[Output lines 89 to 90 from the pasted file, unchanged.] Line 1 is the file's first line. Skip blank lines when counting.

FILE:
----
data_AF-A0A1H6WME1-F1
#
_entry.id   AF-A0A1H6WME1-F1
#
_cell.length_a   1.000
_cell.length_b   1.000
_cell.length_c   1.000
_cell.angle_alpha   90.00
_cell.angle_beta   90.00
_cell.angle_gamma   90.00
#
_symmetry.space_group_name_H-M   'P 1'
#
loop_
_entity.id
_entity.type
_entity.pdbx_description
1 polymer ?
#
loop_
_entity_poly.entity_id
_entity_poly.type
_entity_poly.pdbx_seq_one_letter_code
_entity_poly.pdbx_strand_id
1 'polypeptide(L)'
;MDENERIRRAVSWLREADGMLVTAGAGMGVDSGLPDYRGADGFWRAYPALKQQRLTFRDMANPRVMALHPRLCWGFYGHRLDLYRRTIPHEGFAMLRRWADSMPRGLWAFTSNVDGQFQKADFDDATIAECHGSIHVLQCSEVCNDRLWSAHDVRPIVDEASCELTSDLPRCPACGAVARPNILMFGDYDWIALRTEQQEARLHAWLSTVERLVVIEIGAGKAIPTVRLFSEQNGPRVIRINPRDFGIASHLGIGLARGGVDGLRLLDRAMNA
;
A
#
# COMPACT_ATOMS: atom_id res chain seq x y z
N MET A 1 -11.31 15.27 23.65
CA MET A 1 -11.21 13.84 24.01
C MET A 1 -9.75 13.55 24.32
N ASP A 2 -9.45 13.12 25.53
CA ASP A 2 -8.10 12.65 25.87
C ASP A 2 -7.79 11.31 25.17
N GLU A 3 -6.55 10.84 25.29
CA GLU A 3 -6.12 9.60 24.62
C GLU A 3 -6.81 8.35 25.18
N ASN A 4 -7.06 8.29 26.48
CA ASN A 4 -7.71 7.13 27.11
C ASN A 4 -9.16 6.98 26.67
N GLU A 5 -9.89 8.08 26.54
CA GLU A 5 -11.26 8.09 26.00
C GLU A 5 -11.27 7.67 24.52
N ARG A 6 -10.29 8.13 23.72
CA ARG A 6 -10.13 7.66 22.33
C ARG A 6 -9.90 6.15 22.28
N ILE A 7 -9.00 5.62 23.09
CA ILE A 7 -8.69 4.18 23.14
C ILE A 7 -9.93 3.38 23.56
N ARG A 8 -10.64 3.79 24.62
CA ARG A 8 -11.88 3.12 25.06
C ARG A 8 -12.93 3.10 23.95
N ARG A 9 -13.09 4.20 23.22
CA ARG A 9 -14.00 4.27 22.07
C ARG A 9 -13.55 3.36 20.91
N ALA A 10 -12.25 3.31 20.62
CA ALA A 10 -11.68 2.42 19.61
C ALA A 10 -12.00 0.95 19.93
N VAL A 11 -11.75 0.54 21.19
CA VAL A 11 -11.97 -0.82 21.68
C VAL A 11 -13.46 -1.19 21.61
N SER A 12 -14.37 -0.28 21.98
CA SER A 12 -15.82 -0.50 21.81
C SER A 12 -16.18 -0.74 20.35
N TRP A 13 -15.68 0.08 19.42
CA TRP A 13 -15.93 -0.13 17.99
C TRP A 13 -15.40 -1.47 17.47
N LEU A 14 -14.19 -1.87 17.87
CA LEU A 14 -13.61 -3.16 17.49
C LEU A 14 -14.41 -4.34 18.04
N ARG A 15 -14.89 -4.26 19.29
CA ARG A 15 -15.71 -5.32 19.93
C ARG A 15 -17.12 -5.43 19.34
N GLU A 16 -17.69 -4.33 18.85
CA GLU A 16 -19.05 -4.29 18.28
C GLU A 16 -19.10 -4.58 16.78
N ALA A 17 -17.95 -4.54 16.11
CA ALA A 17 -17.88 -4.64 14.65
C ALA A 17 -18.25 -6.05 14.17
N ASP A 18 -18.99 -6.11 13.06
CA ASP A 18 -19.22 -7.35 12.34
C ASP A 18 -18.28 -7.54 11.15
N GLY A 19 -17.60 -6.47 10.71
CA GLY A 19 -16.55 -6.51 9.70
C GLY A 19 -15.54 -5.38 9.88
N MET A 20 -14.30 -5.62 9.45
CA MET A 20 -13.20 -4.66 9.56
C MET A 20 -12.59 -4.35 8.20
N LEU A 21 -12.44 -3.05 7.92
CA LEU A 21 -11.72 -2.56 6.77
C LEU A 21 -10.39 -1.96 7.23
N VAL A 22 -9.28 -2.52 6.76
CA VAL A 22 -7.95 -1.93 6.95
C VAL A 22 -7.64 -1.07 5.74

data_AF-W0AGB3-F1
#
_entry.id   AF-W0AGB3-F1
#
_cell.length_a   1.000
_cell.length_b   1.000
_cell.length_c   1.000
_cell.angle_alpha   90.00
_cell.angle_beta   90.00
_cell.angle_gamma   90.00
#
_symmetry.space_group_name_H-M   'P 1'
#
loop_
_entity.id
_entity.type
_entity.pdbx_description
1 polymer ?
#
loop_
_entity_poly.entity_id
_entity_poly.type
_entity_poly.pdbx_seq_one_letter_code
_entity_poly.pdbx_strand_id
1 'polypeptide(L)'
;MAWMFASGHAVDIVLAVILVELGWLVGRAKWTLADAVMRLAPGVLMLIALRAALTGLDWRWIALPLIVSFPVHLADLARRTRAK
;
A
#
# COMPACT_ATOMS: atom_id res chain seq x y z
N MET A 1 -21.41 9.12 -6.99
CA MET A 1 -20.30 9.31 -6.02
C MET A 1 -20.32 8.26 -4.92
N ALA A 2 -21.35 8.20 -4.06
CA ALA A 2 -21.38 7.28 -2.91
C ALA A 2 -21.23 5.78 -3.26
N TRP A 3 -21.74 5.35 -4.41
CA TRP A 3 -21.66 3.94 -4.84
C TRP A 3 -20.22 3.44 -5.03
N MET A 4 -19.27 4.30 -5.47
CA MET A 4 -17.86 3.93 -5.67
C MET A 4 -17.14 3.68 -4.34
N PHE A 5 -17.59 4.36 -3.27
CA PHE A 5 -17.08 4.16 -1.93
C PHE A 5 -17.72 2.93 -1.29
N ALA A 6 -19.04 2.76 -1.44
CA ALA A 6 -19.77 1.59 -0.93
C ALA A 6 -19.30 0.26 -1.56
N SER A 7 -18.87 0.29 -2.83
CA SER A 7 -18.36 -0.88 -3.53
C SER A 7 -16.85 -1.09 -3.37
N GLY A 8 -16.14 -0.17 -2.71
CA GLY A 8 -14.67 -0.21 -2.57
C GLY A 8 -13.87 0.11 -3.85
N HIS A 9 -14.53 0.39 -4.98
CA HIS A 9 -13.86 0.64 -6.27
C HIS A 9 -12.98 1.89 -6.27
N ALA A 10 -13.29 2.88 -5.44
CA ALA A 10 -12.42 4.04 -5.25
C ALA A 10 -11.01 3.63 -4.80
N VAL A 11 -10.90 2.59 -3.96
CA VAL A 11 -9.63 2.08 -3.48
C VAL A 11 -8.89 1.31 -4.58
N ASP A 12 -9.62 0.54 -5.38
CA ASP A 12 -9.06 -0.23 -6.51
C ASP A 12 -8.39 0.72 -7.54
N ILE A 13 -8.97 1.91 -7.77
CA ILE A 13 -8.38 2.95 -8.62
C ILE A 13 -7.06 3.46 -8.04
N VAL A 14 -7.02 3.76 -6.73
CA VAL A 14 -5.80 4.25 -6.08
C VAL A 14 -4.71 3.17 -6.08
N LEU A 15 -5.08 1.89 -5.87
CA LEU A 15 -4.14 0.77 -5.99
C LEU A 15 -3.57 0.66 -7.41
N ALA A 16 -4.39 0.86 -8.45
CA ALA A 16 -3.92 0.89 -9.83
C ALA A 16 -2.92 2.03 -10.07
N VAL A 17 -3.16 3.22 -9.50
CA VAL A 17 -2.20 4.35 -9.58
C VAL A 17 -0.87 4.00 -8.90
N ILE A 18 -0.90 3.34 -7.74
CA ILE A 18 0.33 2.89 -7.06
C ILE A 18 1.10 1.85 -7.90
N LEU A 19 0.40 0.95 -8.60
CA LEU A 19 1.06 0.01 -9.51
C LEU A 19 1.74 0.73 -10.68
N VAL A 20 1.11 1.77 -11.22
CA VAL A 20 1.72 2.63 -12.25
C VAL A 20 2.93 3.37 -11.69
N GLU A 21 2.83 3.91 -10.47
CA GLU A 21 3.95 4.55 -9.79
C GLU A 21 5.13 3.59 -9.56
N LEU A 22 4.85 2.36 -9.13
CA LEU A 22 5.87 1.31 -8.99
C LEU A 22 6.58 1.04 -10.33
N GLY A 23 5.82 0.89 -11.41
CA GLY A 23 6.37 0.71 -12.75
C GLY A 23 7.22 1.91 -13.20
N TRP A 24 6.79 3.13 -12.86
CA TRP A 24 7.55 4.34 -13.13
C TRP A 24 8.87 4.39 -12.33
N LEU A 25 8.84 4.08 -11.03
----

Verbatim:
CA MET A 20 -13.20 -4.66 9.56
C MET A 20 -12.59 -4.35 8.20